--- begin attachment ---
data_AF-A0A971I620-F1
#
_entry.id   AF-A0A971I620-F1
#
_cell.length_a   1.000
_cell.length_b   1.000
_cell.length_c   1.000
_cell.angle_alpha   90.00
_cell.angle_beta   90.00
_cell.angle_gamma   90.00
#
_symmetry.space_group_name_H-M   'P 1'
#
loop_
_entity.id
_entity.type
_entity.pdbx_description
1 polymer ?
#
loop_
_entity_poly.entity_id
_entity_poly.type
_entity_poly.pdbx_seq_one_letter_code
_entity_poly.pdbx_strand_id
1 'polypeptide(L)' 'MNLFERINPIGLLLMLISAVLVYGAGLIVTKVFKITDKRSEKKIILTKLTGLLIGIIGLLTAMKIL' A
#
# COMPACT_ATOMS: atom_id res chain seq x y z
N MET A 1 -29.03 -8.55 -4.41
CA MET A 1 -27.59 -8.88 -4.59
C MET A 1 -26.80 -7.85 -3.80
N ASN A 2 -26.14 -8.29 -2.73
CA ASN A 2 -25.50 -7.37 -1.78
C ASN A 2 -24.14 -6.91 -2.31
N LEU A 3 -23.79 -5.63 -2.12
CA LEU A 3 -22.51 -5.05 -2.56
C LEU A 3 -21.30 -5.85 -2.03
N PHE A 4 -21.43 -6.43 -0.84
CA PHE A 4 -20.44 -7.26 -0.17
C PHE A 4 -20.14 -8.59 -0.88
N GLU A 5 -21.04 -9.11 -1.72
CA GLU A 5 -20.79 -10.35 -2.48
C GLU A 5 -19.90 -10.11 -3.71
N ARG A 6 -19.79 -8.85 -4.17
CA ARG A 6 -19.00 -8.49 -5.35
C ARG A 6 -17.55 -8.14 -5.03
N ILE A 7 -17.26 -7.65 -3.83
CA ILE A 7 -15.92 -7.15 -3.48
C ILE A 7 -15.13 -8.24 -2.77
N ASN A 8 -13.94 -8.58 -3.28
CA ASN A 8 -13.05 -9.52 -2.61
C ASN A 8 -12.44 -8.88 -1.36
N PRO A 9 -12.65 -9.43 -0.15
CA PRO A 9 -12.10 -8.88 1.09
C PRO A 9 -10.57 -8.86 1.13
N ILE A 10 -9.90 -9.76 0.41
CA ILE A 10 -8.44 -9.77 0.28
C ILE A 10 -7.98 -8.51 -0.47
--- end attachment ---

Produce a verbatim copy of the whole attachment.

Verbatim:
data_AF-A0A971I620-F1
#
_entry.id   AF-A0A971I620-F1
#
_cell.length_a   1.000
_cell.length_b   1.000
_cell.length_c   1.000
_cell.angle_alpha   90.00
_cell.angle_beta   90.00
_cell.angle_gamma   90.00
#
_symmetry.space_group_name_H-M   'P 1'
#
loop_
_entity.id
_entity.type
_entity.pdbx_description
1 polymer ?
#
loop_
_entity_poly.entity_id
_entity_poly.type
_entity_poly.pdbx_seq_one_letter_code
_entity_poly.pdbx_strand_id
1 'polypeptide(L)' 'MNLFERINPIGLLLMLISAVLVYGAGLIVTKVFKITDKRSEKKIILTKLTGLLIGIIGLLTAMKIL' A
#
# COMPACT_ATOMS: atom_id res chain seq x y z
N MET A 1 -29.03 -8.55 -4.41
CA MET A 1 -27.59 -8.88 -4.59
C MET A 1 -26.80 -7.85 -3.80
N ASN A 2 -26.14 -8.29 -2.73
CA ASN A 2 -25.50 -7.37 -1.78
C ASN A 2 -24.14 -6.91 -2.31
N LEU A 3 -23.79 -5.63 -2.12
CA LEU A 3 -22.51 -5.05 -2.56
C LEU A 3 -21.30 -5.85 -2.03
N PHE A 4 -21.43 -6.43 -0.84
CA PHE A 4 -20.44 -7.26 -0.17
C PHE A 4 -20.14 -8.59 -0.88
N GLU A 5 -21.04 -9.11 -1.72
CA GLU A 5 -20.79 -10.35 -2.48
C GLU A 5 -19.90 -10.11 -3.71
N ARG A 6 -19.79 -8.85 -4.17
CA ARG A 6 -19.00 -8.49 -5.35
C ARG A 6 -17.55 -8.14 -5.03
N ILE A 7 -17.26 -7.65 -3.83
CA ILE A 7 -15.92 -7.15 -3.48
C ILE A 7 -15.13 -8.24 -2.77
N ASN A 8 -13.94 -8.58 -3.28
CA ASN A 8 -13.05 -9.52 -2.61
C ASN A 8 -12.44 -8.88 -1.36
N PRO A 9 -12.65 -9.43 -0.15
CA PRO A 9 -12.10 -8.88 1.09
C PRO A 9 -10.57 -8.86 1.13
N ILE A 10 -9.90 -9.76 0.41
CA ILE A 10 -8.44 -9.77 0.28
C ILE A 10 -7.98 -8.51 -0.47